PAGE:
Monday, August 3, 2009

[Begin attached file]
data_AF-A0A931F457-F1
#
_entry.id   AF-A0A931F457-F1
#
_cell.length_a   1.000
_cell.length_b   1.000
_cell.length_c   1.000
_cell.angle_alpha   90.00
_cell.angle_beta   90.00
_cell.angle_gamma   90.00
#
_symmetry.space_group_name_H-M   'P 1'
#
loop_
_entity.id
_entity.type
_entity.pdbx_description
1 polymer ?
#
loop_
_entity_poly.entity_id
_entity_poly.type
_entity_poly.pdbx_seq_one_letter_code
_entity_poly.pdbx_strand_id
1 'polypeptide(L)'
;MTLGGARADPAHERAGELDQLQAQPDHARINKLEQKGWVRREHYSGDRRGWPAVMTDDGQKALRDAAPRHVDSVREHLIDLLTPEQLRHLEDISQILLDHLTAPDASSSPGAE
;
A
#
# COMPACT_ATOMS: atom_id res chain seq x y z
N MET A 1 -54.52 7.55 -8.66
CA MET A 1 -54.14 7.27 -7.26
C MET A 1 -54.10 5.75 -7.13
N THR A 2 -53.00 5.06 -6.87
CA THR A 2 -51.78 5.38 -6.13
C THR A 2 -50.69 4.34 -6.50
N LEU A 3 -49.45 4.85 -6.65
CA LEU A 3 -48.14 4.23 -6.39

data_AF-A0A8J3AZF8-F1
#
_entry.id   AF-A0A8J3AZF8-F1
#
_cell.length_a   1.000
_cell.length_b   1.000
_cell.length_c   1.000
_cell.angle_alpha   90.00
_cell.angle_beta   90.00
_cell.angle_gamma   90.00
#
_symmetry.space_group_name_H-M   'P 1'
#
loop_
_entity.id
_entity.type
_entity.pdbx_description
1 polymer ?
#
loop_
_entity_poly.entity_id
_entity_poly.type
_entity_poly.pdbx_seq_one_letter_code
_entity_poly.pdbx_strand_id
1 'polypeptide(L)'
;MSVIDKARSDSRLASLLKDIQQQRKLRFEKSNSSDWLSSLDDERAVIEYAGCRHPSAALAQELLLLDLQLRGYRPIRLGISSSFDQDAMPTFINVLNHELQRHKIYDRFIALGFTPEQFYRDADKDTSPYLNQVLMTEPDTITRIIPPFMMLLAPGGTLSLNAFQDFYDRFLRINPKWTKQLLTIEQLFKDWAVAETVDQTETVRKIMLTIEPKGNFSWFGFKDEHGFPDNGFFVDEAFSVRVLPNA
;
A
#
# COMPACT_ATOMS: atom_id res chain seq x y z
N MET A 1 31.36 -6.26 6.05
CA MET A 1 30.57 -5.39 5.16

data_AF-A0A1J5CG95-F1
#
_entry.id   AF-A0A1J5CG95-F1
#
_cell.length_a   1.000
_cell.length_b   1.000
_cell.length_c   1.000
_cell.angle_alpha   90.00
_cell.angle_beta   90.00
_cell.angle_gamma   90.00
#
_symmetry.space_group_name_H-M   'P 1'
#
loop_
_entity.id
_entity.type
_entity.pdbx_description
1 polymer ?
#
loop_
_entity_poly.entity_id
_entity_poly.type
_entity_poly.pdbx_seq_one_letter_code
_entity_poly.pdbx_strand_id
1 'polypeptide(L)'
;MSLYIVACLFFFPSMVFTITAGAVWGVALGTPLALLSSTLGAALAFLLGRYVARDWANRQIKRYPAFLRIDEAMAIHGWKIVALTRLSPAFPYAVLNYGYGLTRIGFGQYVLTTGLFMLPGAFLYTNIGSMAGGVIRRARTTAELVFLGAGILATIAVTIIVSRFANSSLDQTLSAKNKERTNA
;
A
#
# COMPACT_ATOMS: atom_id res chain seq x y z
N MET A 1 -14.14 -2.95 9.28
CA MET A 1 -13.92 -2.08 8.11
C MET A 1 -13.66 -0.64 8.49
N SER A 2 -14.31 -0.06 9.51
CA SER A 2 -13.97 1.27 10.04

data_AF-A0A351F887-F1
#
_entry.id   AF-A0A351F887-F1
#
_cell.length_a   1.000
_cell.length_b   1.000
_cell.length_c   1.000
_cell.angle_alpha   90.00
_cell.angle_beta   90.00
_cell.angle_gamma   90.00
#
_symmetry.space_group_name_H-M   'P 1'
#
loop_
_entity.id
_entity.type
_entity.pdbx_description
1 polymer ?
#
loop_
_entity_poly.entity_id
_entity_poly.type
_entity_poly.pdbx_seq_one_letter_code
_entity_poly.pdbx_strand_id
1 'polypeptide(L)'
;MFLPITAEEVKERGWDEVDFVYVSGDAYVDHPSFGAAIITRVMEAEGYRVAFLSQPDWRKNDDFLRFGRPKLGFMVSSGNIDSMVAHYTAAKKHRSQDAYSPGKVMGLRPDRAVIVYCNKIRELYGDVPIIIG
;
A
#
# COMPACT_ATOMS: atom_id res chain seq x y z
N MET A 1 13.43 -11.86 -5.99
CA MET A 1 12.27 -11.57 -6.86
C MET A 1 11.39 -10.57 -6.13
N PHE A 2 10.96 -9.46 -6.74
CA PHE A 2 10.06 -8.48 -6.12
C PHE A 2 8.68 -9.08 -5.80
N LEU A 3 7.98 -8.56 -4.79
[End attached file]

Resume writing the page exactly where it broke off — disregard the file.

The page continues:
In a report made public over the weekend, Britain’s House of Commons Foreign Affairs Committee chastised the US for “the absence of a unified vision and strategy” in conducting the war in Afghanistan. It warns of “considerable cultural indifference” by coalition partners (translation: Americans). And it blames the US for its use of UAV rocket attacks. It goes on to berate other NATO members for not contributing to the coalition effort. It blames everyone but the British themselves. Yet it is the British who have exhibited the lack of a unified strategy often by defying coalition policies and negotiating its own truces with the Taliban in its area of responsibility. In one case, after the truce had been signed, the Taliban quickly occupied a city that had been in coalition hands and subsequently the Taliban had to be removed by force. But worse than this duplicity is the deep seated defeatism of the senior British military leadership in Afghanistan that is the problem. It became so bad last October, US SecDef Gates found it necessary to give a blistering rebuttal of a newspaper interview given by the senior British commander. From the Telegraph (10/07/2008): “While we face significant challenges in Afghanistan, there certainly is no reason to be defeatist or to underestimate the opportunities to be successful in the long run,” Mr Gates said on board a military aircraft flying to Europe for Nato meetings. He was speaking in reaction to comments from Brigadier Mark Carleton-Smith, who said in a newspaper that the war against the Taliban could not be won, and the ambassador, Sherard Cowper-Coles, who said an "acceptable dictator" would be the best political solution for Afghanistan. Any US commander would be relieved on the spot for such a statement. This not the first time the British have exhibited such a shameful lack of backbone. In Iraq, they negotiated a truce with al Sadr’s Shia militias in Basra, ceding total control of the city to them. They moved their base of operations out of the city to a safer area near the airport. They simply took themselves out of combat. The Telegraph again reports (10/28/2007): Rather than fight on, they have struck a deal – or accommodation, as they describe it – with the Shia militias that dominate the city, promising to stay out in return for assurances that they will not be attacked. Since withdrawing, the British have not set foot in the city and even have to ask for permission if they want to skirt the edges to get to the Iranian border on the other side. When 6 months later, after Prime Minister Maliki had taken control of the Shia areas of Baghdad, he then set his sights on the militias in Basra in the British area of responsibility. Where were the British? They were no place to be found. So using what the press called an ill trained force, the Iraqi army took on the militias and cleaned house in three days. The militia thugs threw down their arms and people, for the first time in years, walked the streets without fear. There is no love lost between Maliki and the British. They had confined themselves to barracks and stayed out of the fray when they were needed most. If they had only the courage to simply pack their bags and leave, he might have respected them. So in December 2008, when it came time to set withdrawal deadlines under the UN mandate, he threw the insult back. Unlike the US forces which were given until the end of July 2010, roughly a year and a half to leave, the British were told to pack and be gone a year earlier, barely enough time to get all the equipment and men out. Yet after completing their humiliating departure last Friday, the British now have the gall to tell Americans we don’t know how to fight and win a war. But the latest pontifications from the Foreign Affairs Committee are no different from those espoused four years earlier by British Brigadier, Nigel Aylwin-Foster when he blasted the US counter insurgency strategy as overly harsh in an article in a British military journal. He even used similar terms such as “cultural ignorance” and “institutional racism.” As it turned out the British model failed in Iraq and the US succeeded. You don’t take a city like Fallujah by giving jelly beans to the kids. It takes going in, and staying, and living there, the Marine model. And, yes a lot of hard and dirty fighting too. Perhaps the British Ministry of Defense should concentrate on bigger and better jelly beans. The liberal politicians would love it, and also apparently the generals. But it won’t win wars. Update: One of the best recaps of the British failure in Iraq was put together by Greyhawk at The Mudville Gazette. From published articles, he traces the British involvement from the early days in April 2003 until the fall of Basra at the hands of the Iraqi Army. It is good read for history buffs and scholars. Read it here. Also, Richard North, publisher of the blog EU Referendum has written a book Ministry of Defeat 2003-2009. I haven’t read it yet, but his writings on his blog have been superlative.